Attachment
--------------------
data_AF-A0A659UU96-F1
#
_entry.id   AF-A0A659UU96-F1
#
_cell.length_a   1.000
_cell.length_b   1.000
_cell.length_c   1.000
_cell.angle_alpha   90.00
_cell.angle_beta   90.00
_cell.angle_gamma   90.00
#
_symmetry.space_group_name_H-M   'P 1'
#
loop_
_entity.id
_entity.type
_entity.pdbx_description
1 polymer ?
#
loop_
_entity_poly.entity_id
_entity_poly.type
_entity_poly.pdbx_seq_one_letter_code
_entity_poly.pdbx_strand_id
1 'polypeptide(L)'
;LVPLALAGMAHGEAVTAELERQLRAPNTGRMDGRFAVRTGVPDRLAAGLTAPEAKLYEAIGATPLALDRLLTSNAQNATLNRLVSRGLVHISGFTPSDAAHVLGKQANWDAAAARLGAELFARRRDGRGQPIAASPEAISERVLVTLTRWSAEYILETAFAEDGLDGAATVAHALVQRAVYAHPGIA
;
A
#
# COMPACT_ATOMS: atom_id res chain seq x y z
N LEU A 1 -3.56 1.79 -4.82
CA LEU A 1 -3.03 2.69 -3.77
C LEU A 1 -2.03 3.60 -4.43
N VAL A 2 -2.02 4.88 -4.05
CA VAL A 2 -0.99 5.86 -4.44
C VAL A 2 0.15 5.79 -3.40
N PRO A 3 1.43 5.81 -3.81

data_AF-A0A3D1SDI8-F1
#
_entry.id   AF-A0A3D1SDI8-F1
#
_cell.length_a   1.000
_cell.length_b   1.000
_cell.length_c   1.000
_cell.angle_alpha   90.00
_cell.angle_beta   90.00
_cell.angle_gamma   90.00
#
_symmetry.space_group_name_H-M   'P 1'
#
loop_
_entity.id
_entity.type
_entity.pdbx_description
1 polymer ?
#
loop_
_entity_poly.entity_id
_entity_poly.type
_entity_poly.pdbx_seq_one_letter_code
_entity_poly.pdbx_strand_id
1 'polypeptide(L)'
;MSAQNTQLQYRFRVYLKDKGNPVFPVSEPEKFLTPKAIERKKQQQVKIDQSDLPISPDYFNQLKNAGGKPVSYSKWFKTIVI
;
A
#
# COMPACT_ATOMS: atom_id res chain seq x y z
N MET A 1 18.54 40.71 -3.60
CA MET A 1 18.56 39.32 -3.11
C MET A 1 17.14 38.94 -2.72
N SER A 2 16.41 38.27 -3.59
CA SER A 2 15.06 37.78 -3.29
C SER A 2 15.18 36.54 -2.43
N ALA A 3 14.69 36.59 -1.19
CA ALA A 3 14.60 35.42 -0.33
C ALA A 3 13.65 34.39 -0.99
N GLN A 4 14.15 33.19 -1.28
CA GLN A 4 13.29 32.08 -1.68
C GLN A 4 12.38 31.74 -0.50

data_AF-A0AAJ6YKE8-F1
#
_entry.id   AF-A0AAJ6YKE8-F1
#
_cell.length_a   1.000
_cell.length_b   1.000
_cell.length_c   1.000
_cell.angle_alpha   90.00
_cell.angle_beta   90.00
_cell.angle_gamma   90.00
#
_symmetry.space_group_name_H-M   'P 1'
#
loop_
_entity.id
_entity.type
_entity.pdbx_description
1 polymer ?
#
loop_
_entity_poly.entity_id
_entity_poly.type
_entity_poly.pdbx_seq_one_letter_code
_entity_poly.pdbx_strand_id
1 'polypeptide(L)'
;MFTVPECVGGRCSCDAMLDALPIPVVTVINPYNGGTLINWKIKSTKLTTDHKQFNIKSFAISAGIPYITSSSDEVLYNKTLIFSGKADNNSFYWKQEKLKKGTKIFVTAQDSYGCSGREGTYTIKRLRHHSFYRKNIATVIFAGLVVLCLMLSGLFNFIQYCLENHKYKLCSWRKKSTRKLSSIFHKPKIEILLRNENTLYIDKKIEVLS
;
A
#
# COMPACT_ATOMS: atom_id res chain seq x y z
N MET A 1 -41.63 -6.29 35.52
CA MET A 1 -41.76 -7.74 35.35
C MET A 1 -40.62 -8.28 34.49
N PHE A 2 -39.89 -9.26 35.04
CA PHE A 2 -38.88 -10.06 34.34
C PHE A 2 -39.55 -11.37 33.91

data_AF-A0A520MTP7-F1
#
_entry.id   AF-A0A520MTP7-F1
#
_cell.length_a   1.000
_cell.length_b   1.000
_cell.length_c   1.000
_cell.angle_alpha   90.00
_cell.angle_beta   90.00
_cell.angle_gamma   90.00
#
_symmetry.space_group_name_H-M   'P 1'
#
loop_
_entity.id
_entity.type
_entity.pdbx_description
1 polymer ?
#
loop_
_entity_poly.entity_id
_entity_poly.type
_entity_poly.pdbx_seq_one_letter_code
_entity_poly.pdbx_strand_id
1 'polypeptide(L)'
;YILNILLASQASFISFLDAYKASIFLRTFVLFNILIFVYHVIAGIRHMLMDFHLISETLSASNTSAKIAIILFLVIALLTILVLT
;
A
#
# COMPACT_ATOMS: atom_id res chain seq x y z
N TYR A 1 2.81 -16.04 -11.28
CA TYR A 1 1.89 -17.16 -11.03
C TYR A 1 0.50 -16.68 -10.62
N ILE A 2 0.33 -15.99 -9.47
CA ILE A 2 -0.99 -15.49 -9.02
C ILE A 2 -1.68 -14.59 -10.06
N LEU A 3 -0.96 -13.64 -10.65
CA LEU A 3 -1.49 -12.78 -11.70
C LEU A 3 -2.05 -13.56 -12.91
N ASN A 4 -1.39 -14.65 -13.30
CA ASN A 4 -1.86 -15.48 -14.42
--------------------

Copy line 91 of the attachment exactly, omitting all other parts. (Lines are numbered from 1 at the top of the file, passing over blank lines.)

_symmetry.space_group_name_H-M   'P 1'